Declining to comment on why two armed British nationals disguised as Iraqis would be in Basra, the Ministry of Defence told Aljazeera.net it didn’t matter if both men were out of uniform with no identification.
“Iraqi law requires any coalition force members to be handed back – once it was established they were foreign soldiers, they should have been handed over.
“There was even an order from the Iraqi Ministry of the Interior that both men should have been released,” the spokesman added.
Two British military vehicles were
Asked whether the raid suggested that using force in Iraq to achieve an objective was acceptable, the defence official said the “vast majority of Iraqis in Basra are law-abiding”.
“We were dealing with a small group of between 200 and 300 people. Naturally, the brigadier [John Lorimer] fully considered the consequences of what he was doing.”
Lorimer, the UK’s top military official in Basra, said in a media statement that “his concern for the arrested men increased after he received information they had been handed over to militia elements”.
And a second defence official said that although the raid – which appears to have devastated the– had been unsuccessful, it allowed troops to obtain accurate intelligence as to where the two men would be found.
“Unfortunately they weren’t released and we became concerned for their safety. As a result a Warrior infantry fighting vehicle broke down the perimeter wall in one place.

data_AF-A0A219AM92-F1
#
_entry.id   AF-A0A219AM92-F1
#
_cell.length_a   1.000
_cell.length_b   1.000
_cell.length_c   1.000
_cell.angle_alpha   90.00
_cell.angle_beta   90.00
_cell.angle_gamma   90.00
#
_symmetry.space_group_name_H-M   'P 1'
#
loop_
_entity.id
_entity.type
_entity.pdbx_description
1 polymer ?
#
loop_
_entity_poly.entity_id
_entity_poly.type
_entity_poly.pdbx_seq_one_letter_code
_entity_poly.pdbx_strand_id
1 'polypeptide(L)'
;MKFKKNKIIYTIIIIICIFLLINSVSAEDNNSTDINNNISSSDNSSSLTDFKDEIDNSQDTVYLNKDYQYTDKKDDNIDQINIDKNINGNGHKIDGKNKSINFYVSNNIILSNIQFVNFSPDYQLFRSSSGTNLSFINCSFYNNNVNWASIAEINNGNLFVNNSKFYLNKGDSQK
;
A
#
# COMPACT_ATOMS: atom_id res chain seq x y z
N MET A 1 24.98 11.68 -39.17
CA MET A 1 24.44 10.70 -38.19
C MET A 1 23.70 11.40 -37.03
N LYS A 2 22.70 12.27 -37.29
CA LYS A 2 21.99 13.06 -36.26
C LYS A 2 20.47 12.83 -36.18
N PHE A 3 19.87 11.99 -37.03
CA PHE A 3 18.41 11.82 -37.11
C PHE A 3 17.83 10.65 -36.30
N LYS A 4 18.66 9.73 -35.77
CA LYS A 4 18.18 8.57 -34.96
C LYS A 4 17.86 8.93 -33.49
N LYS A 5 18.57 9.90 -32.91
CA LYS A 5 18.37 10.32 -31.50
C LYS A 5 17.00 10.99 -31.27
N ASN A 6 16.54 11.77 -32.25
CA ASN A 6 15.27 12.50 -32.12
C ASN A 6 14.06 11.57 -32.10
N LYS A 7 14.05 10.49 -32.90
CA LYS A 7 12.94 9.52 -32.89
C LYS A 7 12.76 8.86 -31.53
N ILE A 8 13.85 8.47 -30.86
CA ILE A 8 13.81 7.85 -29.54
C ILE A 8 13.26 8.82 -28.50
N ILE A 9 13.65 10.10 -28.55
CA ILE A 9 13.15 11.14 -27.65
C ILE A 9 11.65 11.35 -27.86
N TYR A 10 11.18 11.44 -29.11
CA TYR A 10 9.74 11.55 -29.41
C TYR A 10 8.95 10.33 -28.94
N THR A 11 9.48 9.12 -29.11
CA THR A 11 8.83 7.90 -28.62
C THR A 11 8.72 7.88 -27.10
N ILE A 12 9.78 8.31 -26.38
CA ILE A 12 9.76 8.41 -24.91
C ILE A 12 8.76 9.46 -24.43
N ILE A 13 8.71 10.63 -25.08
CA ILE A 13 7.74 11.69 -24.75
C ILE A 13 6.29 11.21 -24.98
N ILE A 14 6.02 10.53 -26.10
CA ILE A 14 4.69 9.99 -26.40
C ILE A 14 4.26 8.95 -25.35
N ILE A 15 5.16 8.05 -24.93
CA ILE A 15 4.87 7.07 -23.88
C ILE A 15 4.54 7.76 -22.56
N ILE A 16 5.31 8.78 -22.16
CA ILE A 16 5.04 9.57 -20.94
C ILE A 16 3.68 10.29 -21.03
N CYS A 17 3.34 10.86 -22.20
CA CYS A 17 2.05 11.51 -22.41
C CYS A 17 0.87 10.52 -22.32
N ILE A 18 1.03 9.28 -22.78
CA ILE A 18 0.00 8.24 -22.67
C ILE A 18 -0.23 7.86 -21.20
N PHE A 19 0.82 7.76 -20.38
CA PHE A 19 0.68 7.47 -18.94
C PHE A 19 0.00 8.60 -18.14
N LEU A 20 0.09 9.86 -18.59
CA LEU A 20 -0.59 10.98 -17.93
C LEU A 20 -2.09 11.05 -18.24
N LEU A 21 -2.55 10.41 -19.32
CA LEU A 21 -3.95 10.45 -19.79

Both British agents were rescued
“Our guys went in there and searched it from top to bottom in order to go and recover our two soldiers who had been detained,” he said.
The two undercover agents were later rescued from a house in Basra. The operation followed a shooting incident and riots in which two British armoured vehicles were torched as their crews fled for safety in the southern Iraqi city of Basra.
British Defence Secretary John Reid said the soldiers seen emerging from a burning tank under mob attack suffered only minor injuries – despite violent scenes that stunned British newspapers.
No Iraqi Foreign Ministry spokesman contacted by Aljazeera.net was prepared to comment on the prison raid.
But an Iraqi member of parliament, Ali Dabagh, said the Shia militiamen from the Mahdi Army had attempted to take the British soldiers hostage to exchange them for two militia leaders arrested on Sunday by British forces.
London-based independent defence analyst Paul Beaver said the problem appeared to have been caused by a British intelligence operation to infiltrate insurgent forces going wrong.